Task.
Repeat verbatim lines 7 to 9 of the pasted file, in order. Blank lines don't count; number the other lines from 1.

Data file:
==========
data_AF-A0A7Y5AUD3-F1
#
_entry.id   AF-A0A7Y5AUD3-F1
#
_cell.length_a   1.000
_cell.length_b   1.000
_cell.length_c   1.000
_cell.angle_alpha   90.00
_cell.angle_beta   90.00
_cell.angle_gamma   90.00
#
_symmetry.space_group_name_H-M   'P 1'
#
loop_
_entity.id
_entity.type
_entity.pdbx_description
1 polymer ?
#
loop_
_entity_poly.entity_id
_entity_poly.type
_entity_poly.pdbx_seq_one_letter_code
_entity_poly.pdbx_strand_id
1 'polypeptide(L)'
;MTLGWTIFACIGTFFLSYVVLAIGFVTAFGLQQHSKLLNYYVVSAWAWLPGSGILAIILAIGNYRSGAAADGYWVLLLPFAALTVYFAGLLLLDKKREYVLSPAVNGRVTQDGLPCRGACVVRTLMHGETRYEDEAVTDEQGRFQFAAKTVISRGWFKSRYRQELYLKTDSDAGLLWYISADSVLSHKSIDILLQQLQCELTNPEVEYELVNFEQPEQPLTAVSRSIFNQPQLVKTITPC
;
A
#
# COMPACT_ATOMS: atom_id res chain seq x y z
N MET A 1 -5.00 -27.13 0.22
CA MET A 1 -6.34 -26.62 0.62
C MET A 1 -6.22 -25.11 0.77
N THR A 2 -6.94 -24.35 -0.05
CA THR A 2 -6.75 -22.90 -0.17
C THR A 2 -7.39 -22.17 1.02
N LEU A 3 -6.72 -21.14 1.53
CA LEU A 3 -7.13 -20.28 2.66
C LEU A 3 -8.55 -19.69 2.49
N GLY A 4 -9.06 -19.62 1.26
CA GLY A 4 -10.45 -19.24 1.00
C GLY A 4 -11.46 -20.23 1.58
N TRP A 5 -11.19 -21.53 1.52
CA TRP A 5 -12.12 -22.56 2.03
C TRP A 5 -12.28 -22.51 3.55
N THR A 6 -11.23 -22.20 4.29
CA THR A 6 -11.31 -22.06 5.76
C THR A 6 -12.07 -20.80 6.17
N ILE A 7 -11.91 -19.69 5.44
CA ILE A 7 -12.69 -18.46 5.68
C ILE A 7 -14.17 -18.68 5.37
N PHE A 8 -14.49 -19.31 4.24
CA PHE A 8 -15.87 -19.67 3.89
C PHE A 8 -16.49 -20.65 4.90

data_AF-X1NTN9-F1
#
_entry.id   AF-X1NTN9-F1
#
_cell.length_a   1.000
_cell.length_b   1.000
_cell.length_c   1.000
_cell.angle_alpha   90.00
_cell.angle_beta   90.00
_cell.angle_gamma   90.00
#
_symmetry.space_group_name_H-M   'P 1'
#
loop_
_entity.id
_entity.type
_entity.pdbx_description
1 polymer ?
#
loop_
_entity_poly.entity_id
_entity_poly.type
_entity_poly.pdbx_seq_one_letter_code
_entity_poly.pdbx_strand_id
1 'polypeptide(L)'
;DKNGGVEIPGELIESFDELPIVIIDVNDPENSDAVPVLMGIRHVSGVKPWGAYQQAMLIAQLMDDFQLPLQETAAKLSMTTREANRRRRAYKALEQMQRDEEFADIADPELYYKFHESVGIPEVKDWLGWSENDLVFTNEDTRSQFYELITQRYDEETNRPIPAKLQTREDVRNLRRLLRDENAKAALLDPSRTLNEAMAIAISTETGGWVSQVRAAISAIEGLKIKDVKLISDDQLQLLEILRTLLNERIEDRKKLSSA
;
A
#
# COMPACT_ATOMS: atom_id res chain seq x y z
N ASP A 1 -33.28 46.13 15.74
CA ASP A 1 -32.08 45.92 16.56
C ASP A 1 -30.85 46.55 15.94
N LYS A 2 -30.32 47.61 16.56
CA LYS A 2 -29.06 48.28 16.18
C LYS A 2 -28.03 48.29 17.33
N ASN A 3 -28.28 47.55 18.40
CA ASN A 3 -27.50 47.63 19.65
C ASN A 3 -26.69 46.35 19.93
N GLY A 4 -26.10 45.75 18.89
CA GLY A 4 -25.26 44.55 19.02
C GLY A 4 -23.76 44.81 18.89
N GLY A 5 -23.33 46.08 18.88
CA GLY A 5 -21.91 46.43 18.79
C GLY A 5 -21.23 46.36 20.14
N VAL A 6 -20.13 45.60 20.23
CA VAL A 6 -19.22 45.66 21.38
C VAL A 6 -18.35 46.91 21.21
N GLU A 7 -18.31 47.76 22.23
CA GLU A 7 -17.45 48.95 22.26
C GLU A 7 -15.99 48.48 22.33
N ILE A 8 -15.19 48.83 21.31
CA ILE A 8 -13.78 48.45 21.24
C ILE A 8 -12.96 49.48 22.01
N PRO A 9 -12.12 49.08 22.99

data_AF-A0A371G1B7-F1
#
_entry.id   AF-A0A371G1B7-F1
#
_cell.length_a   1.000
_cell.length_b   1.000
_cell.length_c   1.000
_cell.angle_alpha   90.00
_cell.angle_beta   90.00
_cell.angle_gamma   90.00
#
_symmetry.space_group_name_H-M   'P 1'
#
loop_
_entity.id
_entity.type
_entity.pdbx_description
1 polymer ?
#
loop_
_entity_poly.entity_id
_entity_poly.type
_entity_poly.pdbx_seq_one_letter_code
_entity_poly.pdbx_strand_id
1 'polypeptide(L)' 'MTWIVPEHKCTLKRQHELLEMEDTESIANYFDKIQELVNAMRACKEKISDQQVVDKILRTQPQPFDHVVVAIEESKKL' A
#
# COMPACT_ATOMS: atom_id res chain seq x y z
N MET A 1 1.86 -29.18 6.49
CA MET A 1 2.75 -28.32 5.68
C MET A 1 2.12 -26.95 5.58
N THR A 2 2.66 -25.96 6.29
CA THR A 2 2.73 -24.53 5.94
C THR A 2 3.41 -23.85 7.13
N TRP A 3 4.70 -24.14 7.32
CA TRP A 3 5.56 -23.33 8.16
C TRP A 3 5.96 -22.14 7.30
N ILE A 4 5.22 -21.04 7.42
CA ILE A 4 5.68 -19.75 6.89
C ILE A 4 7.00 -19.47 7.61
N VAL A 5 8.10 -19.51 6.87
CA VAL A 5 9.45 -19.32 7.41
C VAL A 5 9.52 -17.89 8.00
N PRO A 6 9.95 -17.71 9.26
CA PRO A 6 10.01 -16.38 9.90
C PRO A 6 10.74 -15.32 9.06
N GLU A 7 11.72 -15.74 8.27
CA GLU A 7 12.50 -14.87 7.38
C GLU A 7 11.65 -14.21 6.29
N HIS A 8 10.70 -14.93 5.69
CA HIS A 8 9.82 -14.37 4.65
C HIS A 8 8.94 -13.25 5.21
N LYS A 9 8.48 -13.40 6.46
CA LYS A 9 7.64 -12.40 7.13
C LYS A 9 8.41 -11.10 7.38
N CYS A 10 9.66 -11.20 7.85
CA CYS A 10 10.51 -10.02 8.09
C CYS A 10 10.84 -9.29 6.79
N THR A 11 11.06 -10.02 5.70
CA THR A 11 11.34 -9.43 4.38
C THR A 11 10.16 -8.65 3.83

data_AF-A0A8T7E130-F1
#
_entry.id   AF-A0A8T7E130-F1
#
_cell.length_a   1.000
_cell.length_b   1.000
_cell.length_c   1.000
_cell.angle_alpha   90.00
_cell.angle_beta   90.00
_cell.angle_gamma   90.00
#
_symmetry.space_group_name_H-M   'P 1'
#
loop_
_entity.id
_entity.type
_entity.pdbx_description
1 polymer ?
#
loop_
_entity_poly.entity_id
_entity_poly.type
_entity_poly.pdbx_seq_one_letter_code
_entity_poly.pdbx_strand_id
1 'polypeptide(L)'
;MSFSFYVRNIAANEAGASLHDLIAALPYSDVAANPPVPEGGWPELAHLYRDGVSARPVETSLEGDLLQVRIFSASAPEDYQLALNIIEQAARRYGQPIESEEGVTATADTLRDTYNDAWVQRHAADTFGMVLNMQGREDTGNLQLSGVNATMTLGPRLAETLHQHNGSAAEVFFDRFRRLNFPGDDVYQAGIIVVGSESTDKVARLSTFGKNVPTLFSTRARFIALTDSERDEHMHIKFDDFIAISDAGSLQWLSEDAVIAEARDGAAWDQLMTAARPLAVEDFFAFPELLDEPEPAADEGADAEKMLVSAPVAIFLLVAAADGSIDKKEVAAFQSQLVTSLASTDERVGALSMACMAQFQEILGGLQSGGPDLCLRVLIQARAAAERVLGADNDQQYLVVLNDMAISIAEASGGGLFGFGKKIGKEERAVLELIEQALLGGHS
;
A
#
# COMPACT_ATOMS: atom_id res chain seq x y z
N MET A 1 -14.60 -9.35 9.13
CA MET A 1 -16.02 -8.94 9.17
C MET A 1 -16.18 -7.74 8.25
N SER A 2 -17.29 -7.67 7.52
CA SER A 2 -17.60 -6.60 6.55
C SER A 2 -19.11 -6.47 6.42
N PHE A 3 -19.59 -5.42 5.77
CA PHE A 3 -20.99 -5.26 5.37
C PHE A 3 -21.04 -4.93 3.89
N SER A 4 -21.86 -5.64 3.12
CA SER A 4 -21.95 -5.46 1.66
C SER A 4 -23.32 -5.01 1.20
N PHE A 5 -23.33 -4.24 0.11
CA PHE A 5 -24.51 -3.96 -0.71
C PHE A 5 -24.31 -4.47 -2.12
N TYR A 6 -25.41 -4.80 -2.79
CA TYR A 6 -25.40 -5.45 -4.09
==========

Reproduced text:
_cell.length_c   1.000
_cell.angle_alpha   90.00
_cell.angle_beta   90.00